Are stem cell burgers such a bad idea?

What's in that burger?

What’s in that burger?

Are stem cell burgers such a bad idea when we already have GM food, animals factory farmed in appalling conditions, and consumers who don’t really care where their food comes from as long as it is cheap and convenient?

Surely governments will make sure the food is safe and the marketeers will make the burgers look delicious.

And what about feeding the world? If current trends continue by 2050 there will be enough grain fed to animals to produce meat, that could instead feed half the world’s population?

Small profitable farm?

Small profitable farm?


I suppose it boils down to choice. I will certainly avoid stem cell burgers, factory farmed meat and milk and opt instead for local suppliers where I can find out how my food has been produced.

Extraordinarily enough not only will I find, and enjoy better food, I will also save money by buying direct and cutting out retailer, marketeer and middlemen margins. Your thoughts are welcome below.

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5 responses to this post.

  1. Not that all of that statment will come true. The price supermarkets pay means they can undercut to out of business and then up they go again.

    Reply

  2. Go local – thats the way
    Lack of produce is not the problem
    Waste (of food, portion size and fuel costs) is the problem methinks.

    Reply

  3. The only people that I have seen comment on this issue are those dedicated to buying local produce; their habits will not change. However, those that continually opt for factory farmed produce purely based on cost are the ones who we really need to be targeting. Their choice is driven not by welfare or even taste, it’s about cost. Many people believe (wrongly, in my opinion) that they have a right to eat what they want and as much as they want; it comes down to a sense of entitlement (“why should I go without?”) and lack of education about welfare that has driven the intense farming solution to where it is today, and if in vitro meat is a solution to that problem, then I welcome it. If it means an end to suffering of live, sentient animals, and the demand for meat is going to increase exponentially, then it is certainly a solution that needs investigating. I just don’t think the mass public are prepared to reduce their consumption of meat and pay more for it to ensure the highest welfare across the board. It’s a pipe dream. In vitro is a solution to this problem.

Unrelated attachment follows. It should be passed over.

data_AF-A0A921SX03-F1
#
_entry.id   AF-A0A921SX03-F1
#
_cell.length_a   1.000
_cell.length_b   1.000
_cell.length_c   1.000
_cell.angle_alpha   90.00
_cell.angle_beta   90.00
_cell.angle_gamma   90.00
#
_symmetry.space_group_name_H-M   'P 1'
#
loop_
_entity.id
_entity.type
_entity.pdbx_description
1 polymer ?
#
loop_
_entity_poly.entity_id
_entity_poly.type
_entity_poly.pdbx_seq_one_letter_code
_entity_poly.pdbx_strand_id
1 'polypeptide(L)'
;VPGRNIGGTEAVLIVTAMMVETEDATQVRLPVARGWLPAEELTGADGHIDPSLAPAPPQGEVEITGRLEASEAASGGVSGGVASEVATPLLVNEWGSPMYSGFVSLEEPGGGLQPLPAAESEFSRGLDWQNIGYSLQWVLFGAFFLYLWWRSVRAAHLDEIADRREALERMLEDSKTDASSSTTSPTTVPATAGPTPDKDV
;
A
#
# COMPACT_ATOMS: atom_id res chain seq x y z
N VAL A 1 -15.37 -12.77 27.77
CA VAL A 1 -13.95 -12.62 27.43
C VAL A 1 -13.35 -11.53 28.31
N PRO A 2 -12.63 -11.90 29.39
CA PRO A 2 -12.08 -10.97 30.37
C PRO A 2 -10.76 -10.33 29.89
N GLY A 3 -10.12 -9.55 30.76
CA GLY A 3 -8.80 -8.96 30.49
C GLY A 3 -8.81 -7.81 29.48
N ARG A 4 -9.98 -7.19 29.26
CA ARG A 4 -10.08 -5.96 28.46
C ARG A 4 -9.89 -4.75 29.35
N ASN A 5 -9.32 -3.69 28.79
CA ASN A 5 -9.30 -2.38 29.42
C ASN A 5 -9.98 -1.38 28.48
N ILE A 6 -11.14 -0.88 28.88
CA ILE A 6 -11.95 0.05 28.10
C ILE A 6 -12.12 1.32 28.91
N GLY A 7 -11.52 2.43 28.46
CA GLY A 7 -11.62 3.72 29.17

Reply

    • I agree, I would rather see consumers eat stem cell beef than meat from animals that have suffered. It is all about education and reconnecting people with where their food comes from. I personally don’t think people should eat meat unless they are willing to kill and prepare the meat they want to eat!

      Reply

  4. Posted by foodgirluk on August 7, 2013 at 11:28 am

    I feel uncomfortable with the idea that we just keep playing with science to pander to our grossly out of control eating habits when that’s what needs to be curbed in the first place. We DO already produce enough food for everyone on the planet, we just have a very broken system in which we do not share or distribute it well or fairly. The planet is now host to an equal amount of obese and overweight people as it is to people dying of hunger and malnutrition! That is a disgusting statistic to think about. It screams GREED! I wrote a blog about this the day the tasting was broadcast…check out my thoughts, the bloomberg article written about it and the unveiling of the first tasting here http://foodgirluk.com/2013/08/05/lab-burger-reared-to-challenge-real-meat-faces-taste-test-today/

    Reply

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